UK social impact bond for child adoption gets institutional backing

Bridges Ventures and Big Society Capital put down £2m to back latest SIB.

The UK government has backed a new Social Impact Bond (SIB) programme that will finance support services for so-called hard-to-place children to be adopted by families, and has received its first commitment via a £2m (€2.4m) commitment from Bridges Ventures and Big Society Capital. The new adoption scheme, called ‘It’s All About Me’ (IAAM), which has been developed by eighteen voluntary adoption agencies and Baker Tilly, the professional services firm, was launched on October 21 at the Houses of Parliament.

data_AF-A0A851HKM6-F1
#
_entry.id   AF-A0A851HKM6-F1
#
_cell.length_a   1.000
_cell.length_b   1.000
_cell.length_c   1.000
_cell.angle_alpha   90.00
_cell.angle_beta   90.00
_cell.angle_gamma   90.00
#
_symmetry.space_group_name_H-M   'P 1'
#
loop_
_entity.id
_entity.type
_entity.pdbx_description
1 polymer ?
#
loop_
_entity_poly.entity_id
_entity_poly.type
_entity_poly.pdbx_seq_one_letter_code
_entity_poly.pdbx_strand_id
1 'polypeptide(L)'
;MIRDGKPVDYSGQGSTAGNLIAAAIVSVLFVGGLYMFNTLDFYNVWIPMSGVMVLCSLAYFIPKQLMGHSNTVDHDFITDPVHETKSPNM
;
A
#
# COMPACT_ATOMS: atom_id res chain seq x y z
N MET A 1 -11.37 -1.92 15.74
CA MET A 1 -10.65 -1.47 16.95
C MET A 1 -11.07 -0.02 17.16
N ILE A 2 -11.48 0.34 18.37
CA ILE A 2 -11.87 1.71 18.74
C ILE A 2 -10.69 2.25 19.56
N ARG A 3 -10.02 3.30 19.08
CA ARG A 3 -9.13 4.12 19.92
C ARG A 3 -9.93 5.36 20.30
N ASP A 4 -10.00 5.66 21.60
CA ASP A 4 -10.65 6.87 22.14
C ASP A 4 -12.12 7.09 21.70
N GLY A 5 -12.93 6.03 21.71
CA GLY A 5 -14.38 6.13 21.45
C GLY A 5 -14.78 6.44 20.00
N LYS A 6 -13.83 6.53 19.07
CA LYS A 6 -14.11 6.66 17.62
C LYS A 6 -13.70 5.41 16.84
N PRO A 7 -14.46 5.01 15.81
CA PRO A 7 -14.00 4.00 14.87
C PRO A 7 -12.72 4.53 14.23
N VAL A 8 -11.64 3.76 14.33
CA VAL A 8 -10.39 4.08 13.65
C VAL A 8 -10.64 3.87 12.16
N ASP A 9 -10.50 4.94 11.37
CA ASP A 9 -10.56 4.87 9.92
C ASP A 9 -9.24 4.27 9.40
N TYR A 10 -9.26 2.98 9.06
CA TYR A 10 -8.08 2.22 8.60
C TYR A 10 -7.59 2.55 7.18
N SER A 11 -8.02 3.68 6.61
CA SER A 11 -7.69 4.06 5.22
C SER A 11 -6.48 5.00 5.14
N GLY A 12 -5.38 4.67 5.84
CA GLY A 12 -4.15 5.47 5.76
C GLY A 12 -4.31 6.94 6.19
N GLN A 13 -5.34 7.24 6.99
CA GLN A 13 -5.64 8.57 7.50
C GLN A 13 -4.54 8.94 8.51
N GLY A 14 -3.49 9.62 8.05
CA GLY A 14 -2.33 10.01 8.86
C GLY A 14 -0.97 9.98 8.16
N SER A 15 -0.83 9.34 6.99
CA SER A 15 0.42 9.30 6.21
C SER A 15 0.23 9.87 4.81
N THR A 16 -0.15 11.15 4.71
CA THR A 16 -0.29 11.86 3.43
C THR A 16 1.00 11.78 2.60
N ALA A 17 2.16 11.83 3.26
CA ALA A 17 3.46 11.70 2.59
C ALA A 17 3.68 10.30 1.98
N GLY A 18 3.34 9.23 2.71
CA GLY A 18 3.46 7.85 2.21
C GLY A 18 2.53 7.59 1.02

It comes as government support for the roll out of SIBs increases. SIBs are loans (bonds) repaid on the success of a given social outcome. In a recent speech Nick Hurd, UK Minister for Civil Society, said there was good cross party political support for the 13 UK SIBs in existence. Hurd said UK local authorities in particular were looking at a SIB put together by Essex County Council where eight investors provided £3.1m to establish a programme of intensive support for high-risk adolescents and their families. The new IAAM SIB has been backed by Bridges, the London-based social venture capital firm via its Social Impact Bond Fund. Bridges has itself received investment from a number of pension funds. It is the first investment by the Social Impact fund, which was launched in April. Cornerstone investors in the fund included Big Society Capital, the £600m government-backed incubator for the social investment market. Other backers included the Omidyar Network, the philanthropicinvestment firm established in 2004 by eBay founder Pierre Omidyar and his wife Pam, Panaphur, the faith-orientated foundation and the Bridges Social Entrepreneurs Fund. The fund was developed to invest in and support charities and social enterprises that deliver programmes designed to improve social outcomes in areas including education, employment, housing and care for vulnerable young people. Under the IAAM scheme, the adoption agencies will seek adoptive families for children who are often overlooked because of their age, ethnic background or because they are seeking placement with siblings. It will also offer training in therapeutic parenting and support during the first two years after adoption to reduce the risk of placement breakdown. Each local authority will pay around £54,000 per child for the service in four instalments – at registration, at placement, after one year, and after two years. They say this equates to around half the amount it would cost to keep a child in care over the same period. In its initial phase the IAAM scheme will aim to place 100 children per year but this could rise to 300 if further funding is secured. This project is also the first recipient of a £1m grant from the Social Outcomes Fund, a £20m government fund set up to provide ‘top-up’ contributions to outcomes-based programmes designed to deal with complex and expensive social issues. Investors will only receive repayments from the local authorities and the Social Outcomes Fund based on the specific social outcomes achieved.